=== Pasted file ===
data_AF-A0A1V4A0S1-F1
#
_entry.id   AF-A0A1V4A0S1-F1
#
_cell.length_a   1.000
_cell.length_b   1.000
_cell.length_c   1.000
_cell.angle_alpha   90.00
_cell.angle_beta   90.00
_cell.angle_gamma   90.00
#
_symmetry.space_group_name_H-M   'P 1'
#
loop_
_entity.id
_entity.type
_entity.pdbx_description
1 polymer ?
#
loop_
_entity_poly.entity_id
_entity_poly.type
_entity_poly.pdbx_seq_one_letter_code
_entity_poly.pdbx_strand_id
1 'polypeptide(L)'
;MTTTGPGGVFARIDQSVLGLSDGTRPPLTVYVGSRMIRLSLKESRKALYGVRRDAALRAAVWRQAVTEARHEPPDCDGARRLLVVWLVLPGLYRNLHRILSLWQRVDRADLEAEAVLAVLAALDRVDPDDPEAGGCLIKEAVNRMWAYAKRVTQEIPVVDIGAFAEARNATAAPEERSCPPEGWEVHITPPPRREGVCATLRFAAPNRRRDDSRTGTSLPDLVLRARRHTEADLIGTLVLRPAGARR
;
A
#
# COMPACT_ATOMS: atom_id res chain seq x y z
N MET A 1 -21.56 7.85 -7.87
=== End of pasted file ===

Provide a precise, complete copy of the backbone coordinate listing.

data_AF-A0A1V4A0S1-F1
#
_entry.id   AF-A0A1V4A0S1-F1
#
_cell.length_a   1.000
_cell.length_b   1.000
_cell.length_c   1.000
_cell.angle_alpha   90.00
_cell.angle_beta   90.00
_cell.angle_gamma   90.00
#
_symmetry.space_group_name_H-M   'P 1'
#
loop_
_entity.id
_entity.type
_entity.pdbx_description
1 polymer ?
#
loop_
_entity_poly.entity_id
_entity_poly.type
_entity_poly.pdbx_seq_one_letter_code
_entity_poly.pdbx_strand_id
1 'polypeptide(L)'
;MTTTGPGGVFARIDQSVLGLSDGTRPPLTVYVGSRMIRLSLKESRKALYGVRRDAALRAAVWRQAVTEARHEPPDCDGARRLLVVWLVLPGLYRNLHRILSLWQRVDRADLEAEAVLAVLAALDRVDPDDPEAGGCLIKEAVNRMWAYAKRVTQEIPVVDIGAFAEARNATAAPEERSCPPEGWEVHITPPPRREGVCATLRFAAPNRRRDDSRTGTSLPDLVLRARRHTEADLIGTLVLRPAGARR
;
A
#
# COMPACT_ATOMS: atom_id res chain seq x y z
N MET A 1 -21.56 7.85 -7.87